Friday, January 26, 2007

Illustration Friday: RED

My son Micah in a RED tube slide. He also has the most wonderful RED hair. He is also quite well READ ( mostly Calvin and Hobbes actually ).

Tuesday, January 23, 2007

using memories

I'm going to be trying some poetry in my classroom over the next little while. It is suggested that one way to inspire students is for the teacher to write some of their own poetry.

blanket hog
When my wife
hogs the blanket,
the only thing to do
is yank it.

O.K. Maybe I'll try something a little more inspiring tomorrow.

What I'm really hoping to do is to make poetry part of the entire curriculum instead of saving it for a gigantic poetry unit in April. I want to link poetry to the real world. I think the best way for this to happen is if I become a poetry reader myself. If I read, then I will be able to find poems to read with my students which have personal meaning. I'll find an apple poem in the fall, a war poem when we study about current events, a poem about loss when someone in our community dies, a poem about living anytime.

I hope to, together, discover the joy of hearing our language used at its hear the music of the words.

Some of you are already good at this. Perhaps you feel like sharing.

Sunday, January 14, 2007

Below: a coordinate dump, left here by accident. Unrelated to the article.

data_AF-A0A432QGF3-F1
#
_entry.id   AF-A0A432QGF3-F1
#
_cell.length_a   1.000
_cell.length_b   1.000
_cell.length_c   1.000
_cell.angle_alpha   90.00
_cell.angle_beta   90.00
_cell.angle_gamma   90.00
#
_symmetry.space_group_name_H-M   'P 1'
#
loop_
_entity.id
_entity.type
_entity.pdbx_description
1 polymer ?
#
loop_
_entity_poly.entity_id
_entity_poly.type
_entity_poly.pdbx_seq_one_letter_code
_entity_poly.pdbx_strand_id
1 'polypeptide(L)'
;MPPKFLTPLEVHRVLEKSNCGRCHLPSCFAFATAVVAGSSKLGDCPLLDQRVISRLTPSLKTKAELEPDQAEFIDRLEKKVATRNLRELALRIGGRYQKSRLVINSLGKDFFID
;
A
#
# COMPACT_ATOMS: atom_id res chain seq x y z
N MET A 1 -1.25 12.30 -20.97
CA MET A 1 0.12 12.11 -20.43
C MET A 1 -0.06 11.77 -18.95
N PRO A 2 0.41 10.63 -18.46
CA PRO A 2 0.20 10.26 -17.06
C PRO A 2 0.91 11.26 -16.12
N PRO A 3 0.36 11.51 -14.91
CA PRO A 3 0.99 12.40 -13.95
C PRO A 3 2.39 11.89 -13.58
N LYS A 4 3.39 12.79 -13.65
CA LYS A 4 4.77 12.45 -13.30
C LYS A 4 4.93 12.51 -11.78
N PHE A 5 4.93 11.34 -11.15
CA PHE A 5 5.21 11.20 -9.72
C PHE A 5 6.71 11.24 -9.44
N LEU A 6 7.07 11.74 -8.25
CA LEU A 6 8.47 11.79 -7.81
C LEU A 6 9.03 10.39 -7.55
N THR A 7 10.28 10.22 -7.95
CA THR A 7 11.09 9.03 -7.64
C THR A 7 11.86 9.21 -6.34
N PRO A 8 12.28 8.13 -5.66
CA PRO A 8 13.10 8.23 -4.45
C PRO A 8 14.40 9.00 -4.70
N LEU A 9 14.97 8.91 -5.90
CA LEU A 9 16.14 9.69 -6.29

can I get a witness

I've spent eight years of my life in post secondary education. That is not an entirely unusual thing. Most of the time though, people who dedicate that amount of time and effort, usually end up with something that they can truly hang their hat on. A hook significant enough to securely hold their hat for a very long time.

My eight years actually produced two hooks. The first was a four year religious education at a major Canadian Bible College. The second was a four year degree in education at a secular university. After my first degree, feeling the pride of my hat being well hung, I fully expected that my formal education had officially come to an end. I was on my way to working in the comfort of the church's warm arms, securely tucked under the wings of an eagle. Spiritually speaking, that is.
Confused that I was unable to land anything of interest, I became anxious about my options. Joyce and I had become serious in our relationship almost immediately and I felt pressure to make a move in a definite direction. Something having to do with a ship that's moving and being easier to steer got me thinking about hook number two. I took the first steps and enrolled. I could get a few courses credit from hook number one towards hook number two if I was willing to make religion my minor. A lot of good that had done me in the past. I declined any credit, and so I was on square one. Four full years to go. We can do this.
The years passed quickly. The first two of four children were born and I was feeling a little less anxious every year. Teaching was definately my thing. I was good enough. I was smart enough. And gosh darn it, my students liked me.
Nearly ten years and three schools of friends later, I've come to love how my hat hangs firmly on it's place. Occasionally I walk past the place on the wall where the first hook is mounted. I've taken some of the mounting hardware and used it elsewhere. It hangs there loosely. I never use it. I was asked a few days ago by someone who uses a similar hook if I ever used it. I had to say no.